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Failure to continue improving our accounting systems and controls could impair our ability to comply with the financial reporting and internal controls requirements for publicly traded companies.

 

As a public company, we operate in an increasingly demanding regulatory environment, which requires us to comply with the Sarbanes-Oxley Act of 2002, and the related rules and regulations of the SEC. Company responsibilities required by the Sarbanes-Oxley Act include establishing corporate oversight and adequate internal control over financial reporting and disclosure controls and procedures. Effective internal controls are necessary for us to produce reliable financial reports and are important to help prevent financial fraud.

 

We have implemented a system of internal controls over financial reporting and are preparing the documentation necessary to perform the evaluation needed to comply with Section 404(a) of the Sarbanes-Oxley Act. However, we may need to retain additional finance capabilities and build our financial infrastructure as a public company. Section 404(a) of the Sarbanes-Oxley Act requires annual management assessments of the effectiveness of our internal control over financial reporting, starting with the second annual report that we would expect to file with the SEC. However, for as long as we remain an “emerging growth company” as defined in the JOBS Act, we have and intend to continue to take advantage of certain exemptions from various reporting requirements that are applicable to other public companies that are not “emerging growth companies” including, but not limited to, not being required to comply with the auditor attestation requirements of Section 404(b) of the Sarbanes-Oxley Act. We may continue to take advantage of these reporting exemptions until we are no longer an “emerging growth company.” If we cannot provide reliable financial reports or prevent fraud, our business and results of operations could be harmed and investors could lose confidence in our reported financial information.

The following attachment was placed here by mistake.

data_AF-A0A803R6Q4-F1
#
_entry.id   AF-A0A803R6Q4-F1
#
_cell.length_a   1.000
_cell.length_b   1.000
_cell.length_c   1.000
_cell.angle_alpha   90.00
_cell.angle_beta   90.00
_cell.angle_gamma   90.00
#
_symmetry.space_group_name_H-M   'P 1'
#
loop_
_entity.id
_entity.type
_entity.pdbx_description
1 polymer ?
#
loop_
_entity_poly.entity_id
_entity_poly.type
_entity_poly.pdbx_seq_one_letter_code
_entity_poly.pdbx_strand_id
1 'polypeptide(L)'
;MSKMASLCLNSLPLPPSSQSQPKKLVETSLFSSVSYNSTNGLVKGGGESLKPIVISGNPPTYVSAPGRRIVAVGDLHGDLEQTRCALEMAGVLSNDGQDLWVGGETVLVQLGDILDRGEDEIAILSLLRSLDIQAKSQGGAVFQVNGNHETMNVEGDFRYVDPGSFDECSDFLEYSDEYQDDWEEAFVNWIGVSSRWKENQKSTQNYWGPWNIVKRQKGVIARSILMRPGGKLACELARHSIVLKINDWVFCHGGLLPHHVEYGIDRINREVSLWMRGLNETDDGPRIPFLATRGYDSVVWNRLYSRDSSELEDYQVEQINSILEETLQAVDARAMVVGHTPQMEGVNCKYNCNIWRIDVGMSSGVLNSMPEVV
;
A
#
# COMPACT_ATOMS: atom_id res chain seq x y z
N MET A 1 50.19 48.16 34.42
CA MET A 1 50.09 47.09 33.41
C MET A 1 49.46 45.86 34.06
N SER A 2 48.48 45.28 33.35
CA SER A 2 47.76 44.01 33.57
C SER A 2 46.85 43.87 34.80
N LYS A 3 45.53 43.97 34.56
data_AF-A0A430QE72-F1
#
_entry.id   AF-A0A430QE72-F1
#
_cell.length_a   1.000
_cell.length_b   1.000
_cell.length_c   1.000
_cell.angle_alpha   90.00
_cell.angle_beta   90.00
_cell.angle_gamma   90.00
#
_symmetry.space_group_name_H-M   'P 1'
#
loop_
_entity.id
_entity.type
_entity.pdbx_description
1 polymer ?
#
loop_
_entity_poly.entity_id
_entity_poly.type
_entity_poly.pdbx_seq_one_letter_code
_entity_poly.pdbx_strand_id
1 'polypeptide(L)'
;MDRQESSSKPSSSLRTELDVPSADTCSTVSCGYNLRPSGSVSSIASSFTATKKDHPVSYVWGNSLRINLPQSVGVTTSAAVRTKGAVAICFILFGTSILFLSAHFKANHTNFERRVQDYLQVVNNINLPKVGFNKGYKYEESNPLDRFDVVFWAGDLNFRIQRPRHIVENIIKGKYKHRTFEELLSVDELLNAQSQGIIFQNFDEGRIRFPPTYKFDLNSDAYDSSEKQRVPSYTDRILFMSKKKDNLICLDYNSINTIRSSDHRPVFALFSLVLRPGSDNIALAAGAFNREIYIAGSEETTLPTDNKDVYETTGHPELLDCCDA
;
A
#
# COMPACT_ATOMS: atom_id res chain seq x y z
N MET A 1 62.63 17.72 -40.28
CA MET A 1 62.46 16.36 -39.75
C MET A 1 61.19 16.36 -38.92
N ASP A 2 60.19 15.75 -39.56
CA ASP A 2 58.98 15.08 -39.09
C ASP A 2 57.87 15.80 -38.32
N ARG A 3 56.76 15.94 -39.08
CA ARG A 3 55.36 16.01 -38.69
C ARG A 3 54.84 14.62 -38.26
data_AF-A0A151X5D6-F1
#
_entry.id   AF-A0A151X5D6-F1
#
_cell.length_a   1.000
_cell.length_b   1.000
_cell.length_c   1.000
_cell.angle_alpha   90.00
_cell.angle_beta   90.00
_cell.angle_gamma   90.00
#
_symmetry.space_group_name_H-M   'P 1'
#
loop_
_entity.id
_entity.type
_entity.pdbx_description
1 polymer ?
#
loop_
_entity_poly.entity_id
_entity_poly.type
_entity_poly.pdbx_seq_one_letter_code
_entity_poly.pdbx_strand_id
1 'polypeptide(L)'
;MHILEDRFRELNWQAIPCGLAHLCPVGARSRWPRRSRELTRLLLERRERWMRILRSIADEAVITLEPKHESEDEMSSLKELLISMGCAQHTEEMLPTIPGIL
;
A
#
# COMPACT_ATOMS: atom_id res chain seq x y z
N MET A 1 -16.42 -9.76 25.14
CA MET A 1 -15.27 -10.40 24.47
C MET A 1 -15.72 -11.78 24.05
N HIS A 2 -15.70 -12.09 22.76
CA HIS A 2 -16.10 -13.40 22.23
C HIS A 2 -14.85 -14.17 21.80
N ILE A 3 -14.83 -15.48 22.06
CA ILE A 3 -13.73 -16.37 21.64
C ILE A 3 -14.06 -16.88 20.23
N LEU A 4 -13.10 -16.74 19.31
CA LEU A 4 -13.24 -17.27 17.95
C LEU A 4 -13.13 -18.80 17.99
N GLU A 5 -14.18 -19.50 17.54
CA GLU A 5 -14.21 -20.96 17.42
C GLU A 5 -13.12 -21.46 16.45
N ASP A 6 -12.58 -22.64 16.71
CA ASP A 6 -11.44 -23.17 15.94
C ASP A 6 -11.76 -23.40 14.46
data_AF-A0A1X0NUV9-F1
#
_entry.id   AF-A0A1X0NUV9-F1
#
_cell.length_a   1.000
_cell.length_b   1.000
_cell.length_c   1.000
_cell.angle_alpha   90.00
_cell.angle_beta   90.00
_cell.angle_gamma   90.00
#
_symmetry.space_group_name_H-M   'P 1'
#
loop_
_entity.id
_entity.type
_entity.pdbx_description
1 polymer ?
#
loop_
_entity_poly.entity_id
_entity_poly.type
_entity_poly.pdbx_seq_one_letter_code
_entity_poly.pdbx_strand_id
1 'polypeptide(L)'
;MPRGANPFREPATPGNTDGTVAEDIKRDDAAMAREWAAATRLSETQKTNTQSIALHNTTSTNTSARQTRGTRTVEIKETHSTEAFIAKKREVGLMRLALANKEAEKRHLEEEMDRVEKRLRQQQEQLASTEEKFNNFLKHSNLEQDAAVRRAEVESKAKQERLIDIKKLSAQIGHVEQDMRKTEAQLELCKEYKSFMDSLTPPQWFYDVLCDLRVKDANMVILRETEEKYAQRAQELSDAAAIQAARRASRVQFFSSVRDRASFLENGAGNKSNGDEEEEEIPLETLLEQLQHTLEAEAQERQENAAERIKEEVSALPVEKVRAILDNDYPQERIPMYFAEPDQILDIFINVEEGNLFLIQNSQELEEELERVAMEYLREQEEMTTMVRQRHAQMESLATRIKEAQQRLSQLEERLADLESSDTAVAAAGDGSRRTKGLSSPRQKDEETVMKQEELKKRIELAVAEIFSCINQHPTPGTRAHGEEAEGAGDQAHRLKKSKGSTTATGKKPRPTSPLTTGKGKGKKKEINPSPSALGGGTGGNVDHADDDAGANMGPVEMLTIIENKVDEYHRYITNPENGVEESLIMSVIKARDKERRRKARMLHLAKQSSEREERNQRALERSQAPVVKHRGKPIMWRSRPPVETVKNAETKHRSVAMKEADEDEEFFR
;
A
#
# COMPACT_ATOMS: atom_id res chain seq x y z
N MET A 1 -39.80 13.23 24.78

The protection provided by the federal securities laws relating to forward-looking statements does not apply to us. The lack of this protection could harm us in the event of an adverse outcome in a legal proceeding relating to forward-looking statements made by us.